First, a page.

Skip to Main Content

The highly contentious and volatile presidential election has kept us too busy to actually discuss what the next president is going to do about the crisis in the American health care system. This $3 trillion line item in the US economy is suffering from runaway cost inflation, collapsing insurance markets, and underwhelming outcomes. As a former executive of a large safety net hospital, I can tell you that this is a big deal.

Several states, pessimistic of a viable federal fix, have tried to craft at least stopgap solutions, mostly around access to care and, to a lesser extent, around cost and quality of care. None have succeeded. It’s likely that Colorado’s effort, on the ballot next week, is headed in the same direction.


The Institute for Healthcare Improvement’s  Triple Aim Initiative has identified an ambitious but logical framework for health care reform. Its three key goals include improved patient experience and quality, improved health of populations, and reduced cost.

Unlock this article by subscribing to STAT+ and enjoy your first 30 days free!

  • What the Federal government could do and what they should do are two separate things. With Amendment 69, Colorado is doing the only thing possible, creating a state-wide system of universal health care because the Federal government won’t.

  • Single Payer Universal Care – Medicare for All is what we need. Removing the profit gauging insurance companies from between me and my doctor is critical. Putting hospitals on a budget and overseeing them like a public utility instead of being able to “compete” with expensive equipment and cutting ER access is essential. Taking into account the TOTAL cost of our current system is needed. There are so many hidden costs that it is not a simple task. I pay premiums, deductibles, co-pays, for things not covered and I pay more because some don’t have coverage and don’t pay their bills and I pay taxes for not only the poor but also for all the government employees with coverage and now taxes pay for ACA coverage. And, that does not include the actuarial costs of not treating sick people and how the ultimate cost goes up. For profit insurance companies don’t care about that last part – taxes pay the cost of their not covering people and they only look at the profit projections for the next year or two. They don’t give a crap about health outcomes. They only care about high salaries, stock prices and dividends.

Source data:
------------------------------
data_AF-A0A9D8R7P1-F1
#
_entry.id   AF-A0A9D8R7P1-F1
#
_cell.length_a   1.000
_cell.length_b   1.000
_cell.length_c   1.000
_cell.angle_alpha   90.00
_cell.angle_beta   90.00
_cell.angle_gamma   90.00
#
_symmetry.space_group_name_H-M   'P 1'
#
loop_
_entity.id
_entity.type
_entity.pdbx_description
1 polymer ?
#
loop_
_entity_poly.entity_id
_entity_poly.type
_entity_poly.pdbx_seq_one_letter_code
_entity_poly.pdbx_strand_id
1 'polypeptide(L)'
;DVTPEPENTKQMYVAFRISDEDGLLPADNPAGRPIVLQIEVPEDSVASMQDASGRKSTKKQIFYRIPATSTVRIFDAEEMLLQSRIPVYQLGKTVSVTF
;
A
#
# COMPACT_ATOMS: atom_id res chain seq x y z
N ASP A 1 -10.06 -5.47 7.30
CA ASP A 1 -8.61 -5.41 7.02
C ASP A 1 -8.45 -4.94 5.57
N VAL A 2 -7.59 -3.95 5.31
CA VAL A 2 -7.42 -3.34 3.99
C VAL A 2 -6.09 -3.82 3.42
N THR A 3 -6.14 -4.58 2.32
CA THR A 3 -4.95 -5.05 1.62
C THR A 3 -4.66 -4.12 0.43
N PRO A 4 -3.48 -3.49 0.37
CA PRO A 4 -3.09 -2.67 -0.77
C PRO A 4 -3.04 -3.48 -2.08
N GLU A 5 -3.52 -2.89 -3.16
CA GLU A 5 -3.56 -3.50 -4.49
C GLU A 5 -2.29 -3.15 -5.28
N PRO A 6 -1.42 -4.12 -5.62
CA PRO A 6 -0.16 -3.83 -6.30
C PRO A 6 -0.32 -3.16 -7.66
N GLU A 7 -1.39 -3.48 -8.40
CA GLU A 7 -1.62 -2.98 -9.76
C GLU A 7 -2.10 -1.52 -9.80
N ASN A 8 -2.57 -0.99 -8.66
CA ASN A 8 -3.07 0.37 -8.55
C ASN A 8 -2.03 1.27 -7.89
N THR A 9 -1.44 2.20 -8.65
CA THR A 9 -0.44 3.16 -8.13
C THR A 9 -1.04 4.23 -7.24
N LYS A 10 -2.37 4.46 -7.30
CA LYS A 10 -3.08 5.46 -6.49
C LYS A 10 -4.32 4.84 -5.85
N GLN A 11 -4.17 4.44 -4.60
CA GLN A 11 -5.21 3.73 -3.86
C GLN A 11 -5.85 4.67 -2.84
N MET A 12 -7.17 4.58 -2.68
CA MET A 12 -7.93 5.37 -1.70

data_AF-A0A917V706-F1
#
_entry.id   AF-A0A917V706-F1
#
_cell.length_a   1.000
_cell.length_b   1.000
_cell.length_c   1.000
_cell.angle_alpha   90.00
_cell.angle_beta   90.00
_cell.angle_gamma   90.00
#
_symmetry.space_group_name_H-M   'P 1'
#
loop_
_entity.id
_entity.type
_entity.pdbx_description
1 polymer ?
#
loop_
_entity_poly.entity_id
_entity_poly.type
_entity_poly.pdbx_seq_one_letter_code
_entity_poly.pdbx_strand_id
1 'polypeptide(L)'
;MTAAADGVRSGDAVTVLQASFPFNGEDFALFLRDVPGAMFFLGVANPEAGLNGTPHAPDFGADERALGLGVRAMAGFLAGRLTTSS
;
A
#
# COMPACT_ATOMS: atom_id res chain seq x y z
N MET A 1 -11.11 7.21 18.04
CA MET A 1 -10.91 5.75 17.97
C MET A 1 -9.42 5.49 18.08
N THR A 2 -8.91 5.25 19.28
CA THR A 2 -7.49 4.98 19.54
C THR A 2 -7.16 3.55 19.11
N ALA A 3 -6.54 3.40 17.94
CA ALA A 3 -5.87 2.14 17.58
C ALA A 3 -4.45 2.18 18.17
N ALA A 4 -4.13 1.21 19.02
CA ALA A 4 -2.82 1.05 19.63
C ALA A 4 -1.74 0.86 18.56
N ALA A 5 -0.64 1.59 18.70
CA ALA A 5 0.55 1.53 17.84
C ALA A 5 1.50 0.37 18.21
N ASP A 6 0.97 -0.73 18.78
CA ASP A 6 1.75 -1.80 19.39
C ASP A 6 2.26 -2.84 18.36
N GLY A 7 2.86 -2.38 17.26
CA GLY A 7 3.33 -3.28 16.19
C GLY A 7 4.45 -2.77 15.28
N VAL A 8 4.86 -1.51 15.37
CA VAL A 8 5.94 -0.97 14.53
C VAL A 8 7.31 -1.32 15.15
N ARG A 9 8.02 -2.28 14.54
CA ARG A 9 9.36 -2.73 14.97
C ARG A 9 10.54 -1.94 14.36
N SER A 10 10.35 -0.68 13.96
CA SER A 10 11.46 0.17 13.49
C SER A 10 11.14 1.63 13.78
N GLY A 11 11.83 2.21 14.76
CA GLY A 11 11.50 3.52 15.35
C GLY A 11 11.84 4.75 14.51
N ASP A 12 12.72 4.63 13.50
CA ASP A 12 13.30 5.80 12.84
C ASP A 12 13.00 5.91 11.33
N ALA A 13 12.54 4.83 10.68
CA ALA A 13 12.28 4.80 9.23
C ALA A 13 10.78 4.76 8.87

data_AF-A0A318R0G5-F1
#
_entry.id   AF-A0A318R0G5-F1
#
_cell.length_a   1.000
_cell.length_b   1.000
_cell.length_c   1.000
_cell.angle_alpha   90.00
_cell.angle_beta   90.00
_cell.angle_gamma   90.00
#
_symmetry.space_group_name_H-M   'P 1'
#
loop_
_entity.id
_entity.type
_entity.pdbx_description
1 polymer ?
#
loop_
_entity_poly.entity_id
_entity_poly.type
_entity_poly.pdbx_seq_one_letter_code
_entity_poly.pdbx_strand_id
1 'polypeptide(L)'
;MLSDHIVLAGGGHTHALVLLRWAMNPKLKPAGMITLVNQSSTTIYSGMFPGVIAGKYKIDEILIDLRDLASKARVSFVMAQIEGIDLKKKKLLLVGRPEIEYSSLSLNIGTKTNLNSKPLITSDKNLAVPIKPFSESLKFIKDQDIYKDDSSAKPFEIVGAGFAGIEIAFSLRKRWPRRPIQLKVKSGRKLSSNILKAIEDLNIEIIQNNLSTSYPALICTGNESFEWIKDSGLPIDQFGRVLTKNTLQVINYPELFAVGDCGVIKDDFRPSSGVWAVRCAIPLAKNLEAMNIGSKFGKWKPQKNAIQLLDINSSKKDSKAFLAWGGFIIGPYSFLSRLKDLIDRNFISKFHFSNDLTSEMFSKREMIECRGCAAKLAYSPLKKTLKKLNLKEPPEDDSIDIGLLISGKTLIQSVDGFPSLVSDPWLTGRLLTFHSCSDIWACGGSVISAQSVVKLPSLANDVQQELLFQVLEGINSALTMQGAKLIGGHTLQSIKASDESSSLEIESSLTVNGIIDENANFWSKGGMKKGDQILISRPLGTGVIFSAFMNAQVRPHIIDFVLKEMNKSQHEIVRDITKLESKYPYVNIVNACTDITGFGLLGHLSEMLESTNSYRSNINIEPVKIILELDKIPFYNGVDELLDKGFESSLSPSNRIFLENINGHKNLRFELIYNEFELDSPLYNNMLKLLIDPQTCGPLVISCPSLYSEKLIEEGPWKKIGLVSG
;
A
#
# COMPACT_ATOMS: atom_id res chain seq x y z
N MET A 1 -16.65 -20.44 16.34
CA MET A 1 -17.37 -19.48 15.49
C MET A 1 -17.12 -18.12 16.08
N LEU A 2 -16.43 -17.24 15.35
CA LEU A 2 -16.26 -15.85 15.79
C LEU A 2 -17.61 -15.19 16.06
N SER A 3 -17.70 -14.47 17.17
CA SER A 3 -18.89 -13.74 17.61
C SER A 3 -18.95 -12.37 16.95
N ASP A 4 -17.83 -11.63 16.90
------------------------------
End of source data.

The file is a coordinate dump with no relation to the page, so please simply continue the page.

• It is really unfortunate that the author says “Putting ColoradoCare in place would double state spending overnight and give Colorado the highest income tax in the nation, making us immediately non-competitive in attracting businesses to locate in the state.” Framing the costs in this manner is at least a distortion. he fails to note the off-setting savings of premiums, co-pays, co-insurance, deductibles and care for those without insurance. Without the full picture, one thinks only of the expenses of ColoradoCare, not the savings. A kind word for this rhetorical technique would be “distortion.”

  • As usual, this article screams $38 billion – but does not subtract premiums, deductibles and co-pays that Colorado citizens will no longer pay. It does not subtract the Medical portion of workman’s comp that business and government will no longer pay.

    Evaluate the financial impact fairly and you will see the scale tip in the other direction. Vote ColoradoCare YES!!!

Comments are closed.